CATHERINE M. OTTO, M.D.; ROBERT V. TAUXE, M.D., M.P.H.; LEONARD A. COBB, M.D.; H. LEON GREENE, M.D.; BRIAN W. GROSS, M.D.; JEFFREY A. WERNER, M.D.; ROBERT W. BURROUGHS, M.D.; WERNER E. SAMSON, M.D.; W. DOUGLAS WEAVER, M.D.; GENE B. TROBAUGH, M.D.
Young, male, Southeast Asian immigrants living in the United States have a high incidence of unexplained, sudden, nocturnal death. We report the cases of three patients, two Laotians and one Filipino, who were resuscitated and subsequently studied extensively. Each patient was having ventricular fibrillation when first examined by paramedics outside the hospital, and episodes of fibrillation recurred in the early hospital course. Clinical evaluation found no significant coronary atherosclerosis or structural cardiac disease. One patient is asymptomatic after 2 years; the second patient died suddenly at 4 months; and the third is asymptomatic but had inducible ventricular tachycardia on electrophysiologic testing 6 months after resuscitation. The mechanism of sudden death in young Southeast Asian men appears to be ventricular fibrillation. The cause of the arrhythmia is unclear, although in our patients the arrhythmia was not an isolated event; underlying predispositions to further cardiac arrest persisted.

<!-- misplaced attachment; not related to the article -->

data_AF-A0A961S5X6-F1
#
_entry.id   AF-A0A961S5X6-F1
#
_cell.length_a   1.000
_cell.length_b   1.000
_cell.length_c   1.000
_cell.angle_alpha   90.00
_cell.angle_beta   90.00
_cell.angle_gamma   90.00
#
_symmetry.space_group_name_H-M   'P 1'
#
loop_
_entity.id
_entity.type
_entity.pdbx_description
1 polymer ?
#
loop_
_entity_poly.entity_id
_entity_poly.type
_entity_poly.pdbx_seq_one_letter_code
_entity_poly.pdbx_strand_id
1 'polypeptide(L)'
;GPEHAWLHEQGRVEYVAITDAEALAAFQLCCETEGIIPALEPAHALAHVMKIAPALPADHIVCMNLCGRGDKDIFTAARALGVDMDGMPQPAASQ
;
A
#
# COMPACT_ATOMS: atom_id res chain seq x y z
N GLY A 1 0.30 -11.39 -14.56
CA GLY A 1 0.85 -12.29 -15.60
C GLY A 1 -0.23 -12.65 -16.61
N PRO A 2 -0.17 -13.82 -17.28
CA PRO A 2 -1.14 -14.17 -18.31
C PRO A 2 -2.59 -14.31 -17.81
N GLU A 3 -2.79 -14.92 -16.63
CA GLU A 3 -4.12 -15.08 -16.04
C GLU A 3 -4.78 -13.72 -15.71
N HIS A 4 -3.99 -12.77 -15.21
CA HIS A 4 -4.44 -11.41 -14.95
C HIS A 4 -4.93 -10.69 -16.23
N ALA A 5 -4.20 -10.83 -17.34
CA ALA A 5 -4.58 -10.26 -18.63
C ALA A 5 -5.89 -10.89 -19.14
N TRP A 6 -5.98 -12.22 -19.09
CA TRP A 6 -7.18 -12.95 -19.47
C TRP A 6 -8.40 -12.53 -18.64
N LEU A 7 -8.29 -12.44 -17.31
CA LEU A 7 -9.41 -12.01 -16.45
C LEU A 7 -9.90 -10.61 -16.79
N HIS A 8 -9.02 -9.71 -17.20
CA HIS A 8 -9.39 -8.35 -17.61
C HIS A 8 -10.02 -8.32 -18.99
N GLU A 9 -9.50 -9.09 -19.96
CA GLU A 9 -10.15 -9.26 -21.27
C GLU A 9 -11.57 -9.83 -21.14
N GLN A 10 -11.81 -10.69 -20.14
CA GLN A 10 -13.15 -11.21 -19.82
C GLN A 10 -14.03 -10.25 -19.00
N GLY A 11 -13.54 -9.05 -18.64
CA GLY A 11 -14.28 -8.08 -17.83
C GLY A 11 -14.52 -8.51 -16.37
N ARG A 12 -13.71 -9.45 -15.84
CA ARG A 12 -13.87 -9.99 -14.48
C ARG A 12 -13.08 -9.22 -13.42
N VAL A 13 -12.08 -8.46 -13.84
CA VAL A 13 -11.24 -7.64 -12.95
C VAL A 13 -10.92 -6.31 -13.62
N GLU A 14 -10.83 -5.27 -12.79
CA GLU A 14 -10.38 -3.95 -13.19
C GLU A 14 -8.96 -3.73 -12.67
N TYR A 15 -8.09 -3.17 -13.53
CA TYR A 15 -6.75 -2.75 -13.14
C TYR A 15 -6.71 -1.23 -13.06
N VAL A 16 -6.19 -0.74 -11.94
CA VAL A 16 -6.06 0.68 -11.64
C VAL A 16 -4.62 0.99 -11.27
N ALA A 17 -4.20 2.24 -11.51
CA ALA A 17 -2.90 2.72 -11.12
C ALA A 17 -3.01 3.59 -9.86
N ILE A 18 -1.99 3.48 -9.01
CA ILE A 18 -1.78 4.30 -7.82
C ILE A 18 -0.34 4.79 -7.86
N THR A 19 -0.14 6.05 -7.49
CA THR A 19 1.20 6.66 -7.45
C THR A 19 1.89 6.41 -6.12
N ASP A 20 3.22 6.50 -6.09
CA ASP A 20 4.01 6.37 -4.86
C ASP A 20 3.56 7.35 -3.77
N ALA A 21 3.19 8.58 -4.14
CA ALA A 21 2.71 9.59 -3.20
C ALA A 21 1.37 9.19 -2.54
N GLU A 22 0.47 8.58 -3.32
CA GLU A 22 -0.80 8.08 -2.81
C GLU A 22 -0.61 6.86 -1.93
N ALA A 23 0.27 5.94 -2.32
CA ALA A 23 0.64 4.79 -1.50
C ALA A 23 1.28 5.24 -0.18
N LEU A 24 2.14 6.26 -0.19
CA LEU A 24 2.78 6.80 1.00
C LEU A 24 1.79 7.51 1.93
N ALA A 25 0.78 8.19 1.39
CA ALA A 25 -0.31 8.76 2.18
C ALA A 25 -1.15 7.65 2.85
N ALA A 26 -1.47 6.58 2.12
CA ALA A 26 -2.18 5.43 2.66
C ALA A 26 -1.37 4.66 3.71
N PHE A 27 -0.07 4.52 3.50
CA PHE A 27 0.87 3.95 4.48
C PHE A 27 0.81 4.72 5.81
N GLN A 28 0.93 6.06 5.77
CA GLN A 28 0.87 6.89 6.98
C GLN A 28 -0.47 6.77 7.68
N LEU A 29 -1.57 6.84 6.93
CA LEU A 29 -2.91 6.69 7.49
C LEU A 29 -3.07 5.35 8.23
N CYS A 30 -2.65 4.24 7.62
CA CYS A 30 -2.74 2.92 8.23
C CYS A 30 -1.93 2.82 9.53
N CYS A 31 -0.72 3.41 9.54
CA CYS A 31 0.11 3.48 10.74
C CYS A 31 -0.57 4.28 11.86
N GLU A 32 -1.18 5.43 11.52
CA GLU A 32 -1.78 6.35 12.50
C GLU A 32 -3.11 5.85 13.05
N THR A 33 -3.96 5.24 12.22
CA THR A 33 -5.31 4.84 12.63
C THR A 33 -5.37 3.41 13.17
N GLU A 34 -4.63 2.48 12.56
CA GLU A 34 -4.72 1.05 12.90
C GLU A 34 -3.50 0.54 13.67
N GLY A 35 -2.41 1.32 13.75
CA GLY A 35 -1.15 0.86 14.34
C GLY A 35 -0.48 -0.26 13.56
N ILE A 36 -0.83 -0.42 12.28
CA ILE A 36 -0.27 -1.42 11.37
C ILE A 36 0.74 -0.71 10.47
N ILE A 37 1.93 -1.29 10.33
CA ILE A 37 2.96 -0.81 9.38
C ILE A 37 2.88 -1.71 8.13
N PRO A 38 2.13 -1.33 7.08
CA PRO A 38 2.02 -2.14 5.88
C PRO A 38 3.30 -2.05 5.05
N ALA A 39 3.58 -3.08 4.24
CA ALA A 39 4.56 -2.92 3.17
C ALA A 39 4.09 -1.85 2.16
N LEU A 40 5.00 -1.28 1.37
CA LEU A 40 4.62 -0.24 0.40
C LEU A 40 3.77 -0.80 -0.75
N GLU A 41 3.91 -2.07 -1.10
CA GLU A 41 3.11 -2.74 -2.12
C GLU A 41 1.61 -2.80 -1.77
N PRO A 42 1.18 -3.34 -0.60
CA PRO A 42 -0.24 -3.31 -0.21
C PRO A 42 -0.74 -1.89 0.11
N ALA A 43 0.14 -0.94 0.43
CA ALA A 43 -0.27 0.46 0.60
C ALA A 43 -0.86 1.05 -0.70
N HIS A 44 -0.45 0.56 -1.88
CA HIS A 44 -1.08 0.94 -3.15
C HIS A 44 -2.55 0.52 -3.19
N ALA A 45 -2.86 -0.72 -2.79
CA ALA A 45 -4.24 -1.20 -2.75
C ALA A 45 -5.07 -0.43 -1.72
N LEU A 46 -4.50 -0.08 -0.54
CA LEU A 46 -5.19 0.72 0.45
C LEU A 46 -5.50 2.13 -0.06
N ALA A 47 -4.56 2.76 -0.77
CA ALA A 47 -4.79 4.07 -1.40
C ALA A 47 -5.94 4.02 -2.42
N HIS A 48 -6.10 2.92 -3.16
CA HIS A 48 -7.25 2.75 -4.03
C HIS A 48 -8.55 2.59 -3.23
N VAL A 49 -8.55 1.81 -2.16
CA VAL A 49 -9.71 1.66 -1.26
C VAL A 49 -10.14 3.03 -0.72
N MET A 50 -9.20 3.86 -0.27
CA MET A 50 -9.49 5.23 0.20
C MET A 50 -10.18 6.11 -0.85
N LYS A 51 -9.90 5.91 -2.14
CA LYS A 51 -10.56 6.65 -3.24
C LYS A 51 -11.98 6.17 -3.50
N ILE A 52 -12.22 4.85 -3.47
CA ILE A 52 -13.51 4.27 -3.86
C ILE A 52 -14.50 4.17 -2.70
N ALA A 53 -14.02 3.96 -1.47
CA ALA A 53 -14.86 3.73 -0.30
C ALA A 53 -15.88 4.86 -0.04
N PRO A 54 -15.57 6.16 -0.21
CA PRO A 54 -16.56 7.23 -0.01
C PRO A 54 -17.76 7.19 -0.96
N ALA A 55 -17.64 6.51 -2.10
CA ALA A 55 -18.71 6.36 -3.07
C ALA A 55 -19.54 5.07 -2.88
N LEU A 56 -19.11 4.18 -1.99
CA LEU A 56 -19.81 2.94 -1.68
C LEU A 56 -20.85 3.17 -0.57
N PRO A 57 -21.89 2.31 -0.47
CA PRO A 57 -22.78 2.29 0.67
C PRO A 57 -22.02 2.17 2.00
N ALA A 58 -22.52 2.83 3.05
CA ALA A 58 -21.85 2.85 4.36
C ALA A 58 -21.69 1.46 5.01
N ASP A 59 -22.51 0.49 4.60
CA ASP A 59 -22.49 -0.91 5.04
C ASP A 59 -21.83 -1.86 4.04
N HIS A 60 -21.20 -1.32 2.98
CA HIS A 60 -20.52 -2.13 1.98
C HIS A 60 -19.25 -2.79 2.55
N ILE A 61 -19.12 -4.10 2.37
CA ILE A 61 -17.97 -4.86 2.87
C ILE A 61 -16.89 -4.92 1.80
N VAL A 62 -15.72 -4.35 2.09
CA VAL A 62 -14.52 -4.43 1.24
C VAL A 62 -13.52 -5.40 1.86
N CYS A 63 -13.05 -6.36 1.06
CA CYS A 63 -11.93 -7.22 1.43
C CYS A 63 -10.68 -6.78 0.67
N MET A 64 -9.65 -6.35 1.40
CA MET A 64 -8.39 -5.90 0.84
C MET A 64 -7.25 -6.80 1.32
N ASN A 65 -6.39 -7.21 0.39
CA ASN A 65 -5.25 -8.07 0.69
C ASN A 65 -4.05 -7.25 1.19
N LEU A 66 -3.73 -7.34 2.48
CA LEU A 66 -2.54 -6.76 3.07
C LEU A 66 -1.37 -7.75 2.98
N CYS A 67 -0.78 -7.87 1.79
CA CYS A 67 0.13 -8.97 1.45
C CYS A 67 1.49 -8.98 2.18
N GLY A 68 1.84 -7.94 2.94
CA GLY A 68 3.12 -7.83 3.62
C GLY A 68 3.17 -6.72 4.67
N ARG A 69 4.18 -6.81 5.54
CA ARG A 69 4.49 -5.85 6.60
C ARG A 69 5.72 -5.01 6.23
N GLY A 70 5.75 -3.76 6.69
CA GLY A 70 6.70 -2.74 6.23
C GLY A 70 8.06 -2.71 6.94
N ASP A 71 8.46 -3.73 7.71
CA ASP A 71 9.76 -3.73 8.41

OTTO CM, TAUXE RV, COBB LA, et al. Ventricular Fibrillation Causes Sudden Death in Southeast Asian Immigrants. Ann Intern Med. 1984;101:45–47. doi: 10.7326/0003-4819-101-1-45
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Published: Ann Intern Med. 1984;101(1):45-47.
Cardiology, Rhythm Disorders and Devices.
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